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2015 BMW 5 Series
EXPERT RATING
7.0
/ 10
See our complete guide for the BMW 5 Series

2015 BMW 5 Series Pricing and Specs

Price Guide
$39,439*

The BMW 5 Series 2015 prices range from $29,888 for the basic trim level Sedan 5 Series 520d Luxury Line to $49,990 for the top of the range Sedan 5 Series 535i Luxury Line.

The BMW 5 Series 2015 comes in Hatchback, Sedan and Wagon.

The BMW 5 Series 2015 is available in Diesel, Premium Unleaded Petrol and Hybrid with Premium Unleaded. Engine sizes and transmissions vary from the Sedan 2.0L 8 SP Automatic to the Sedan 3.0L 8 SP Automatic.

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Hatchback

BMW 5 Series Models SPECS PRICE
520d Gran Turismo Luxury Line 2.0LDiesel8 speed automatic $31,400 – 41,140
530d Gran Turismo Luxury Line 3.0LDiesel8 speed automatic $36,900 – 47,740
535i Gran Turismo Luxury Line 3.0LPremium Unleaded Petrol8 speed automatic $26,400 – 34,980

Sedan

BMW 5 Series Models SPECS PRICE
520d Luxury Line 2.0LDiesel8 speed automatic $27,300 – 36,190
520i Luxury Line 2.0LPremium Unleaded Petrol8 speed automatic $27,600 – 36,520
528i Luxury Line 2.0LPremium Unleaded Petrol8 speed automatic $30,700 – 40,150
535d Luxury Line 3.0LDiesel8 speed automatic $39,600 – 50,710
535i Luxury Line 3.0LPremium Unleaded Petrol8 speed automatic $37,400 – 48,400
550i Luxury Line 4.4LPremium Unleaded Petrol8 speed automatic $70,500 – 89,100
ActiveHybrid 5 Luxury Line 3.0LHybrid with Premium Unleaded8 speed automatic $53,100 – 67,100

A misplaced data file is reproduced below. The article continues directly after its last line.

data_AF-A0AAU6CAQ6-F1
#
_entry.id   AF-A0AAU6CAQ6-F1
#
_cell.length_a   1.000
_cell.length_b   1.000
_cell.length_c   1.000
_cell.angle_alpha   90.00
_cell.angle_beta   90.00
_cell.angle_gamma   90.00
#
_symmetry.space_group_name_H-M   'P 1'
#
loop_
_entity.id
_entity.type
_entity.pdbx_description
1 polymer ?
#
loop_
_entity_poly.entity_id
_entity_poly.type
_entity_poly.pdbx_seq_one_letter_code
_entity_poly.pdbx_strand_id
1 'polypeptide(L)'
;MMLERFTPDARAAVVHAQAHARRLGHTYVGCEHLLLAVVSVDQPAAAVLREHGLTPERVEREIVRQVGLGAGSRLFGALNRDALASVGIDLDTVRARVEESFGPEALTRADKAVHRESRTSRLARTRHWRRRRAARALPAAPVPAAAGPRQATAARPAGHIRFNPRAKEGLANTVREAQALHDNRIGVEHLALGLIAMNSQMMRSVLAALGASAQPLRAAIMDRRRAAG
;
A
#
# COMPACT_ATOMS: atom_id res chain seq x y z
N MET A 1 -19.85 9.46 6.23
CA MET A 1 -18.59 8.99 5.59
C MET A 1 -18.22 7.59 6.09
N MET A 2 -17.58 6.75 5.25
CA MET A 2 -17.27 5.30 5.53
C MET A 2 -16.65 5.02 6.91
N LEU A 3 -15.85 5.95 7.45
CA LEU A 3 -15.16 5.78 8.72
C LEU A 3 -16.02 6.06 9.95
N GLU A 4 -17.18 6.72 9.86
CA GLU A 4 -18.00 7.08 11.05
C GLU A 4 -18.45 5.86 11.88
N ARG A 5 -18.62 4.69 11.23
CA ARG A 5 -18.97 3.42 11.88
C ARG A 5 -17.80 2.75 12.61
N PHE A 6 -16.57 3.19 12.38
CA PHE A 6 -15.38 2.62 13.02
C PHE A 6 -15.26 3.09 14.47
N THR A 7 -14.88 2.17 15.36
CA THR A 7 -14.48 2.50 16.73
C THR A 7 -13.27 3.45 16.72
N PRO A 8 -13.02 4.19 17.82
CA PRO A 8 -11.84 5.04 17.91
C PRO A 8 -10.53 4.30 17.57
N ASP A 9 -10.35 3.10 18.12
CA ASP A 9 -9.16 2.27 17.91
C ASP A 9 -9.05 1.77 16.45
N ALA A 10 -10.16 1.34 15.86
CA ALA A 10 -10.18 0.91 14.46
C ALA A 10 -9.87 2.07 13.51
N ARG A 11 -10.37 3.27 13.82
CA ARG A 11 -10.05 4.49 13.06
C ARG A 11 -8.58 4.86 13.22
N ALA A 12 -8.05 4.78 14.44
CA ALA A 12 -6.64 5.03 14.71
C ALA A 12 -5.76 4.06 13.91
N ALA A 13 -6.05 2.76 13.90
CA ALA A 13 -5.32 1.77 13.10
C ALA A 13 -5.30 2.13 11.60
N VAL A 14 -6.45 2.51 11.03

Wagon

BMW 5 Series Models SPECS PRICE
520d Touring Luxury Line 2.0LDiesel8 speed automatic $33,500 – 43,890
535i Touring Luxury Line 3.0LPremium Unleaded Petrol8 speed automatic $51,200 – 64,680

BMW 5 Series 2015 FAQs

Check out real-world situations relating to the BMW 5 Series here, particularly what our experts have to say about them.

  • Why is the coolant system on my 2004 BMW 525i losing pressure?

    Did you replace the coolant tank because the vehicle was losing coolant in the first place? If so, there’s a chance that even though the coolant tank is brand new, there could be a leak from somewhere else in the system (that’s allowing the system to lose pressure, as you’ve identified). Possibilities include the radiator itself or even a head gasket, not to mention any one of a number of plastic fittings that control the flow of coolant to the engine and the car’s heating system. But don’t rule out the simple stuff, either; even the humble radiator cap or loose hose-clamp can allow pressure to leak from a cooling system.

    The problem with a lot of imported cars is that they tend to use lots of plastic components in their plumbing systems. As they age (and at 16 years old, your car is hardly in the first flush of youth) these fittings and couples become brittle and can begin to leak or even fall apart altogether. In colder climates, these plastic bits and pieces don’t present the same problems to the same degree, but here in Australia, our hot-climate heat-cycles are not appreciated by some makes and models. Combine that with a modern, pressurised cooling system, and you have yourself a problem.

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  • BMW 535 2011: Using fuel additives

    I can’t see any reason for using a fuel additive, particularly as you use high-octane fuel.

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  • BMW 5-Series 2006: Where is the oil tank located?

    Oil is added through the cap on the rocker cover on top of the engine, fuel is added through the filler cap on the right rear quarter panel. If in doubt check the owner's manual.

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Disclaimer: You acknowledge and agree that all answers are provided as a general guide only and should not be relied upon as bespoke advice. Carsguide is not liable for the accuracy of any information provided in the answers.

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